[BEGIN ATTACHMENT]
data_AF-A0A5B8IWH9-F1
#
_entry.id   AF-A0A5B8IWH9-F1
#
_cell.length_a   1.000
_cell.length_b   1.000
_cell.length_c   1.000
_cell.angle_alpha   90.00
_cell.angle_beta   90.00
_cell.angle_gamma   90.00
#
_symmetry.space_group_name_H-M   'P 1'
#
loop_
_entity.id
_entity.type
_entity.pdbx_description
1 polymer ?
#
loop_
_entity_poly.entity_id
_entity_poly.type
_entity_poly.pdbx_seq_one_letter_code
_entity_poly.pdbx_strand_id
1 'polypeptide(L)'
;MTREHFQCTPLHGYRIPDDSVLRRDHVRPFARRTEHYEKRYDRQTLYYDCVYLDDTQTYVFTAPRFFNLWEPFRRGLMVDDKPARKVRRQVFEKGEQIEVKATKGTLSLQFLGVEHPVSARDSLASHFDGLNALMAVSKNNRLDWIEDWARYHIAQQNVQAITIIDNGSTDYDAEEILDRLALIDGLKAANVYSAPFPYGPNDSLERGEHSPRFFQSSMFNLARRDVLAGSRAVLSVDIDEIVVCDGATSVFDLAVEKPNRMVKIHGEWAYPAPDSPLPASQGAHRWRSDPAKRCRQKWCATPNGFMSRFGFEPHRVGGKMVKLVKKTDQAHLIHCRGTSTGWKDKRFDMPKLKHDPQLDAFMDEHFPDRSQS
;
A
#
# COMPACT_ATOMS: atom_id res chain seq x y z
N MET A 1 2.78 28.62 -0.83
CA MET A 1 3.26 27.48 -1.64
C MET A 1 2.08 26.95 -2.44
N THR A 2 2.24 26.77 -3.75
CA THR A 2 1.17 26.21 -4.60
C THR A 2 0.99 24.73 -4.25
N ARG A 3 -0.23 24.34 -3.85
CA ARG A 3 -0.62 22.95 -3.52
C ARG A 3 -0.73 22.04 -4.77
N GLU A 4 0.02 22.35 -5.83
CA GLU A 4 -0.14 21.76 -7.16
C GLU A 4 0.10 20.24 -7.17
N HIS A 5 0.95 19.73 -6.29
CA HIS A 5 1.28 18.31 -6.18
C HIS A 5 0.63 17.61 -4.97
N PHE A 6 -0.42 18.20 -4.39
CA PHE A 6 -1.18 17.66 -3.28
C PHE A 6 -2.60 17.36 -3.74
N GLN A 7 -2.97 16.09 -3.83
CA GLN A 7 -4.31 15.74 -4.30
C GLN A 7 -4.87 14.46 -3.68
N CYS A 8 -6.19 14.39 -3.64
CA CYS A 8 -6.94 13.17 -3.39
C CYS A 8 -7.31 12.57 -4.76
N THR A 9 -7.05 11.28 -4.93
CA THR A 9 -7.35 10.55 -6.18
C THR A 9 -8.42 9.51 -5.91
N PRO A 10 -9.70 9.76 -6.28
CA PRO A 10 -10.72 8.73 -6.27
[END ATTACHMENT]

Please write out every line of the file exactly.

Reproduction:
data_AF-A0A5B8IWH9-F1
#
_entry.id   AF-A0A5B8IWH9-F1
#
_cell.length_a   1.000
_cell.length_b   1.000
_cell.length_c   1.000
_cell.angle_alpha   90.00
_cell.angle_beta   90.00
_cell.angle_gamma   90.00
#
_symmetry.space_group_name_H-M   'P 1'
#
loop_
_entity.id
_entity.type
_entity.pdbx_description
1 polymer ?
#
loop_
_entity_poly.entity_id
_entity_poly.type
_entity_poly.pdbx_seq_one_letter_code
_entity_poly.pdbx_strand_id
1 'polypeptide(L)'
;MTREHFQCTPLHGYRIPDDSVLRRDHVRPFARRTEHYEKRYDRQTLYYDCVYLDDTQTYVFTAPRFFNLWEPFRRGLMVDDKPARKVRRQVFEKGEQIEVKATKGTLSLQFLGVEHPVSARDSLASHFDGLNALMAVSKNNRLDWIEDWARYHIAQQNVQAITIIDNGSTDYDAEEILDRLALIDGLKAANVYSAPFPYGPNDSLERGEHSPRFFQSSMFNLARRDVLAGSRAVLSVDIDEIVVCDGATSVFDLAVEKPNRMVKIHGEWAYPAPDSPLPASQGAHRWRSDPAKRCRQKWCATPNGFMSRFGFEPHRVGGKMVKLVKKTDQAHLIHCRGTSTGWKDKRFDMPKLKHDPQLDAFMDEHFPDRSQS
;
A
#
# COMPACT_ATOMS: atom_id res chain seq x y z
N MET A 1 2.78 28.62 -0.83
CA MET A 1 3.26 27.48 -1.64
C MET A 1 2.08 26.95 -2.44
N THR A 2 2.24 26.77 -3.75
CA THR A 2 1.17 26.21 -4.60
C THR A 2 0.99 24.73 -4.25
N ARG A 3 -0.23 24.34 -3.85
CA ARG A 3 -0.62 22.95 -3.52
C ARG A 3 -0.73 22.04 -4.77
N GLU A 4 0.02 22.35 -5.83
CA GLU A 4 -0.14 21.76 -7.16
C GLU A 4 0.10 20.24 -7.17
N HIS A 5 0.95 19.73 -6.29
CA HIS A 5 1.28 18.31 -6.18
C HIS A 5 0.63 17.61 -4.97
N PHE A 6 -0.42 18.20 -4.39
CA PHE A 6 -1.18 17.66 -3.28
C PHE A 6 -2.60 17.36 -3.74
N GLN A 7 -2.97 16.09 -3.83
CA GLN A 7 -4.31 15.74 -4.30
C GLN A 7 -4.87 14.46 -3.68
N CYS A 8 -6.19 14.39 -3.64
CA CYS A 8 -6.94 13.17 -3.39
C CYS A 8 -7.31 12.57 -4.76
N THR A 9 -7.05 11.28 -4.93
CA THR A 9 -7.35 10.55 -6.18
C THR A 9 -8.42 9.51 -5.91
N PRO A 10 -9.70 9.76 -6.28
CA PRO A 10 -10.72 8.73 -6.27